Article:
‘Crazy’ fans crowd Alpe d’Huez at Tour de France: ‘It was unreal’

“],” filter “: next” nextExceptions “:” img, blockquote, div “,” nextContainsExceptions “:” img, blockquote “}}”>

Don’t miss a moment from Paris-Roubaix and Unbound Gravel, to the Giro d’Italia, Tour de France, Vuelta a España, and everything in between you> “,” name “:” in-content-cta “, “type”: “link”}} “> join Outside +.

Massive crowds pressed in on Tom Pidcock and the rest of the peloton Thursday on the famed 21 switchbacks on the Alpe d’Huez in the return to the most famous climb at the Tour de France.

Riders were awed and overwhelmed by the biggest crowds seen on a climb since the world pandemic put the pinch on racing two years ago.

Geraint Thomas, who won the last time the peloton climbed the Alpe in 2018, described the scene as bedlam.

“Some of them were just too crazy,” Thomas said of the fans. “I got hit a few times on the arm. Luckily there were no flares, that was good, because that can just choke you.

“It’s great to have the fans, but they just need to let us race,” he said. “It’s crazy sometimes.”

Also read: Tom Pidcock attacks to Alpe d’Huez victory

Enormous crowds already turned out for three days of racing in Denmark at the start of the Tour.

There was a different scene Thursday on the Alpe d’Huez, where hundreds of thousands of fans lined both sides of the twisting roadway. Many of them camped out for days to grab the best viewing spots.

“It was a crazy experience actually, I think this is what all all cyclists dream of,” said Jonas Vingegaard (Jumbo-Visma). “So I mean, riding on the Alpe d’Huez where there were so many spectators, and also so many Danish people cheering for me, that was very, very special.”

The experience was something unseen before for riders like Vingegaard and eventual stage-winner Pidcock of Ineos Grenadiers, both of whom we’ve never raced in the Tour before pandemic restrictions were put into place.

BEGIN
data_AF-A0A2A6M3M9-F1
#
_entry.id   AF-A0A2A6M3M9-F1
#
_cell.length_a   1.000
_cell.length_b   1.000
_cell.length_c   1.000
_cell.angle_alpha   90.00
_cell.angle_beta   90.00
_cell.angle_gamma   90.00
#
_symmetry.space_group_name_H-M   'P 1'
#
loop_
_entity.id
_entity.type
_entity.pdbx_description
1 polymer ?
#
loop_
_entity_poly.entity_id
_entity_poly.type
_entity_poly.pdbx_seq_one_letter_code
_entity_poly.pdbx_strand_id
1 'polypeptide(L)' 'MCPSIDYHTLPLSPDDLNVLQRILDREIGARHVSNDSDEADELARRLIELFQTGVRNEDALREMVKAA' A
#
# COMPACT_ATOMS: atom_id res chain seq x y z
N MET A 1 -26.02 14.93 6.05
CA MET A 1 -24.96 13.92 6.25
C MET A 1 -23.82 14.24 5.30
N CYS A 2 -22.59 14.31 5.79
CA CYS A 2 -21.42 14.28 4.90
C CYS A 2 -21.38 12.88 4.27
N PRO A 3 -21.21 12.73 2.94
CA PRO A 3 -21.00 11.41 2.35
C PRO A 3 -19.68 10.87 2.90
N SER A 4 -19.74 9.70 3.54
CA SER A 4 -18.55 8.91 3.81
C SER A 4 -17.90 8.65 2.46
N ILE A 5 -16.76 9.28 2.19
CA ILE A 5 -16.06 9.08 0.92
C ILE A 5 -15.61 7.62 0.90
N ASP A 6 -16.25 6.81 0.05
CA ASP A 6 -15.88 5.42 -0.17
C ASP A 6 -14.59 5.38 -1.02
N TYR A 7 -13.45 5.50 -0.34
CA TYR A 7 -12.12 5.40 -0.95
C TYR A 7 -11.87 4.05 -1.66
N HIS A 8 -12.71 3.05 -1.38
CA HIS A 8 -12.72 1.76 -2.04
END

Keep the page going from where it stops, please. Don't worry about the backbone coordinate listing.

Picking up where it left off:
While the 2020 and 2021 editions of the Tour did see some efforts to control the crowds by keeping them at a distance or even outright limiting the public access, those restrictions including the use of masks have largely been done away with.

Jonas Vingegaard: ‘It’s a big risk to get COVID’

Vingegaard admitted the threat of infections and COVID-19 were weighing on the back of everyone’s minds as the rowdy fans yelled and screamed quite literally in their faces.

“It’s a big risk to get COVID when a lot of spectators are shouting in your face. I mean, obviously, I think that’s, that’s obvious to everyone, “Vingegaard said. “But, I mean, I guess that’s how it is. And, yeah, we can just hope that we don’t get COVID. At least I hope that nobody gets COVID. That’s not the nice way to leave the Tour. So we just hope for the best. ”

Even if there is a fear of COVID-19 infections inside the peloton, the larger cycling public seemed to embrace and celebrate the freedom of being able to return to the Tour unhindered.

Wout Van Aert rides through a sea of ​​public on the Alpe d’Huez. (Photo: Michael Steele / Getty Images)

Alpe d’Huez always draws a big crowd, but Thursday’s large turnout seemed more raucous and celebratory than normal.

Each corner of the 21 “lacets” is now filling out with its own unique flavor, from the famed Dutch corner to a new Beefeater corner and a growing Norwegian corner.

There are no barriers on the lower switchbacks of the climb, and a smiling Wout van Aert was mobbed by cheering fans as he pedaled up the climb after taking his final pull. Barriers start with about 4km to go.

The first rider to feel the brunt of the mass of the public waiting on Alpe d’Huez was Pidcock.

The Olympic mountain bike champion sliced ​​alone up the climb after attacking to victory to make history as the youngest rider ever to win on the Alpe at 22.

“This was one of my best experiences ever on the bike. It was unreal, ”Pidcock said. “I had to slalom around people, fists, and flags. You can’t experience that anywhere else than on the Alpe d’Huez in the Tour de France. “

Tom Pidcock attacks to victory. (Photo: Michael Steele / Getty Images)

Leave a Comment

Your email address will not be published.

%d bloggers like this: